The Affordable Care Act (Obamacare) designers were compelled to make the health insurance companies part of the deal. No industry so rich and powerful can just be abolished.
But the risk was high. The behavior of insurance companies was part of the health care problem. They profited by denying policies to those it judged poor risks, by revoking policies when subscribers got sick, and by tailoring policies with exclusion after exclusion, among many other tactics. Under the ACA those practices would be outlawed – all applicants would be accepted at one price, with standard provisions, and no cancellations allowed. Plus, importantly, profit and overhead rates would now be capped; if exceeded, the companies would need to rebate premium dollars to subscribers. Companies would retain the power to enter or exit markets at will and to price every product freely, but they couldn’t cherry-pick their subscribers anymore.
The ACA, however, left the insurance company-provider relationship untouched. The companies for years kowtowed to powerful high-priced hospitals, pharma, and large physician organizations, while dividing and conquering smaller physician groups, particularly primary care. Thus arrived the increasingly prevalent High-Deductible Health Plans (HDHPs), which will continue under the ACA. HDHPs represent terrible health policy: higher patient payments, disincentives for relatively inexpensive primary care, but continued support for high priced hospitals, procedures, and end of life intensive care.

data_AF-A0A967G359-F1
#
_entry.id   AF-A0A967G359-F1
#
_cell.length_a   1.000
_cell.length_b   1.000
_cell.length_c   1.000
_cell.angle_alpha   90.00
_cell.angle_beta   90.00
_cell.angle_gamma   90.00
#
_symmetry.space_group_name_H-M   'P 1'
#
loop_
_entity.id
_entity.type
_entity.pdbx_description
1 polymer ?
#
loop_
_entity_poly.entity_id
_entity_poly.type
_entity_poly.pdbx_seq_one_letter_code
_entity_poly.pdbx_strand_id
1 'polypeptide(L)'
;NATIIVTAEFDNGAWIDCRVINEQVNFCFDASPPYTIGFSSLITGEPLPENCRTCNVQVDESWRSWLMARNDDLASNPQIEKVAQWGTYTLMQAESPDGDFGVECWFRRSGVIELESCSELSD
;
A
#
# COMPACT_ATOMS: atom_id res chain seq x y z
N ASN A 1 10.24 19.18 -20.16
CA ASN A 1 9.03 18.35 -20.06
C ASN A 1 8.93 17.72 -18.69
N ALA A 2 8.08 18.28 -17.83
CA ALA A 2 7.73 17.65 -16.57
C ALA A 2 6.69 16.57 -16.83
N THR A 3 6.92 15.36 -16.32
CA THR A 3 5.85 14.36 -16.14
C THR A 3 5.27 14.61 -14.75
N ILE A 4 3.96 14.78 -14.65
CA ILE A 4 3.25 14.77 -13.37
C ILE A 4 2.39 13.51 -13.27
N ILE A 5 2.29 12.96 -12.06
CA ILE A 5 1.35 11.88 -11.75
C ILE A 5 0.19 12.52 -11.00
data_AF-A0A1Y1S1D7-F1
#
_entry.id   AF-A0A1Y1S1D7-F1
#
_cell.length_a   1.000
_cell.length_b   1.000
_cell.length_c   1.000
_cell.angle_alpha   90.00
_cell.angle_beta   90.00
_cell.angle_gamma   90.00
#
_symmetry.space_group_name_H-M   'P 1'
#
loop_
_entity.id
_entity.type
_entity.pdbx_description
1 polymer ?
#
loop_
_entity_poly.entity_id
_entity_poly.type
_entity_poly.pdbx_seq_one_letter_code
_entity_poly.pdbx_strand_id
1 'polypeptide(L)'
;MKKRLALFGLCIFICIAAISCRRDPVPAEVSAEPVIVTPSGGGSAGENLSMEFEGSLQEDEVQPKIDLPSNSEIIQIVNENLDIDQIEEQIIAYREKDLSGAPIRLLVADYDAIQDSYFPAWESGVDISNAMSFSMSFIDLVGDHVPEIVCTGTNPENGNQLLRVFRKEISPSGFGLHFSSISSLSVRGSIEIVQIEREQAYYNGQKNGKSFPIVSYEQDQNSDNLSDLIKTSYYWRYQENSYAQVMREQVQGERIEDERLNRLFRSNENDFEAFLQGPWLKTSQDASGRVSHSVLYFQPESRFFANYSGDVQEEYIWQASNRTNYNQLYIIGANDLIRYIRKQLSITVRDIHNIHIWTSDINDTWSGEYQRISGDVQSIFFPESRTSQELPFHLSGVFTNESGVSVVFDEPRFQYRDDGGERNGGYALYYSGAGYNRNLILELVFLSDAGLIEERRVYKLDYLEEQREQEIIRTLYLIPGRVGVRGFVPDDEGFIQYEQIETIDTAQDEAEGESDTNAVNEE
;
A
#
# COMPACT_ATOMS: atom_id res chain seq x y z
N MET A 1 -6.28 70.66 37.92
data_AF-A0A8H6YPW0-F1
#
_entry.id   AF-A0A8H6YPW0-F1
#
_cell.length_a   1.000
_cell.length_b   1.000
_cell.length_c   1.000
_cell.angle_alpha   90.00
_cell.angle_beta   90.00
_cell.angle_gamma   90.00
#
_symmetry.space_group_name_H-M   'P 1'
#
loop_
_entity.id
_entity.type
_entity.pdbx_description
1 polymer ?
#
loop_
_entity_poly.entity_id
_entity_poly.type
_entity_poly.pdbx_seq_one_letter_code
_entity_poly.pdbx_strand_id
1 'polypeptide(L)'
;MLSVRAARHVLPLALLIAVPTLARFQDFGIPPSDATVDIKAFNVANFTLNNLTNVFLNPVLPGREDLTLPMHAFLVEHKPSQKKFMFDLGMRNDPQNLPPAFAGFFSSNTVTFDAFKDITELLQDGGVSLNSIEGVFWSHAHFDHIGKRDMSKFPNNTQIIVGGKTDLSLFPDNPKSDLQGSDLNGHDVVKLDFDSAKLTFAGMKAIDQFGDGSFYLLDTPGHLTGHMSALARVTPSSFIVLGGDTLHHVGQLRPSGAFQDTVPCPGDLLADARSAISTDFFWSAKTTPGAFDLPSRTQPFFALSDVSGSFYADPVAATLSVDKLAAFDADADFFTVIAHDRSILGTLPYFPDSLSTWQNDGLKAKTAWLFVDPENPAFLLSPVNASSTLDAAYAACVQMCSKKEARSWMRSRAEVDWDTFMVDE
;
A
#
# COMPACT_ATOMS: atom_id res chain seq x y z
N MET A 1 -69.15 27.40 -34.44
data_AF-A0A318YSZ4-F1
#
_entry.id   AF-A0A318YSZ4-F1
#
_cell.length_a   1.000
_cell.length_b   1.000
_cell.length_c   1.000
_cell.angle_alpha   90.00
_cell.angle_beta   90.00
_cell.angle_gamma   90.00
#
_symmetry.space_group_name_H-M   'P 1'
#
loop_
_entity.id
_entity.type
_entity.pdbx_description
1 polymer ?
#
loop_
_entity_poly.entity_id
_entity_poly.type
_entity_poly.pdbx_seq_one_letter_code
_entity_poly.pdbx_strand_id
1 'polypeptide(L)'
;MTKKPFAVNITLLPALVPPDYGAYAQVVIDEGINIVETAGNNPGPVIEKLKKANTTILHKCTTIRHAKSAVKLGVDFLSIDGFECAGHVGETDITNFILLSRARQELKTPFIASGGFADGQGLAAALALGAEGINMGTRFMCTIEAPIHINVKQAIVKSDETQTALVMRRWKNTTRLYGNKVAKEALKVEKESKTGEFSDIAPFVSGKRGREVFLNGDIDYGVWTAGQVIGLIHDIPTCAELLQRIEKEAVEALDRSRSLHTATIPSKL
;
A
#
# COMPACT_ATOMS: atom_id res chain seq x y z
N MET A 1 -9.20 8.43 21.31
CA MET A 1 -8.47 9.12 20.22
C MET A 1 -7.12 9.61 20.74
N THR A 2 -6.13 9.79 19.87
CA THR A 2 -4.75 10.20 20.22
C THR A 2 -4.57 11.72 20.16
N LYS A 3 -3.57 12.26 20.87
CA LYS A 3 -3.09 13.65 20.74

With the new rules of the road, economists predicted the insurance companies would compete on the basis of efficiencies, service, and lower prices. But were the changes enough? Corporate behavior experts observed that a company’s culture tends to be persistent. Would the predicted beneficent behaviors indeed emerge, or would other unpredicted ones, sly explorations of design flaws perhaps, take their place? And also importantly, would the government be able to adjust rules and regulations nimbly as needed?
The eventual outcome is unpredictable, but the early transitional period is alarming. The insurance companies at this stage need to avoid catastrophic mistakes, even at the cost of initial market share. So they cancel grandfathered policies for their own convenience; enter only selected exchanges to decrease risk; and charge high prices for profit safety, even if they might need to rebate consumers at the end of the year. Moreover, they have created “narrow provider networks,” paying the included providers miserably, even if that leaves out the best doctors and compromises doctor-patient continuity. Needless to say, the high-priced areas remain untouched.
Obama erred in giving up so easily on the Public Option, which could have provided a safe haven for many in this interim period with uncertain choices. He also erred in not providing a transitional plan of incremental changes for those who would be facing higher prices. That would have been better than ignoring the problem. He also erred severely in not altering the insurance company-provider axis. Above all, he erred in not assembling a united, high-quality health care executive team.
While the short-term challenge is coverage, the long-term challenge will be reducing costs in the high-priced areas. Progress is difficult under the best of circumstances. Incompetence and venality are constants of life. The key for progress will be for the government to finally assemble a first-class team, to recognize facts on the ground unstintingly, and to develop a willingness to confront entrenched interests.